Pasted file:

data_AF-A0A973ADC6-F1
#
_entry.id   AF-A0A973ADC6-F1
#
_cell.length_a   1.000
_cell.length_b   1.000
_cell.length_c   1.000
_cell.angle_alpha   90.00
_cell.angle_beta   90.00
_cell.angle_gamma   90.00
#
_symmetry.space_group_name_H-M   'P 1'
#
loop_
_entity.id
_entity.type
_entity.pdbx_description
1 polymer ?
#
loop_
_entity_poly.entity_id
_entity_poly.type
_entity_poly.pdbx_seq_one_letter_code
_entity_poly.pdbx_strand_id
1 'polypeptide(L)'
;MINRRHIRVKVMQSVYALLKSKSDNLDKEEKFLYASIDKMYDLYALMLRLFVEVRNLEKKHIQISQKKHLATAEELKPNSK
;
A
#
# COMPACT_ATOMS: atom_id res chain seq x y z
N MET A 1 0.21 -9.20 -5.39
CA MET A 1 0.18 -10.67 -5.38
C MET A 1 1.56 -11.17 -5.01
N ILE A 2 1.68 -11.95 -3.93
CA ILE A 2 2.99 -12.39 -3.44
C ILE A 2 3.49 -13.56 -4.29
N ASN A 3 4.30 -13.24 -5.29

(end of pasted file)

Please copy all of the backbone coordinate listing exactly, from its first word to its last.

data_AF-A0A973ADC6-F1
#
_entry.id   AF-A0A973ADC6-F1
#
_cell.length_a   1.000
_cell.length_b   1.000
_cell.length_c   1.000
_cell.angle_alpha   90.00
_cell.angle_beta   90.00
_cell.angle_gamma   90.00
#
_symmetry.space_group_name_H-M   'P 1'
#
loop_
_entity.id
_entity.type
_entity.pdbx_description
1 polymer ?
#
loop_
_entity_poly.entity_id
_entity_poly.type
_entity_poly.pdbx_seq_one_letter_code
_entity_poly.pdbx_strand_id
1 'polypeptide(L)'
;MINRRHIRVKVMQSVYALLKSKSDNLDKEEKFLYASIDKMYDLYALMLRLFVEVRNLEKKHIQISQKKHLATAEELKPNSK
;
A
#
# COMPACT_ATOMS: atom_id res chain seq x y z
N MET A 1 0.21 -9.20 -5.39
CA MET A 1 0.18 -10.67 -5.38
C MET A 1 1.56 -11.17 -5.01
N ILE A 2 1.68 -11.95 -3.93
CA ILE A 2 2.99 -12.39 -3.44
C ILE A 2 3.49 -13.56 -4.29
N ASN A 3 4.30 -13.24 -5.29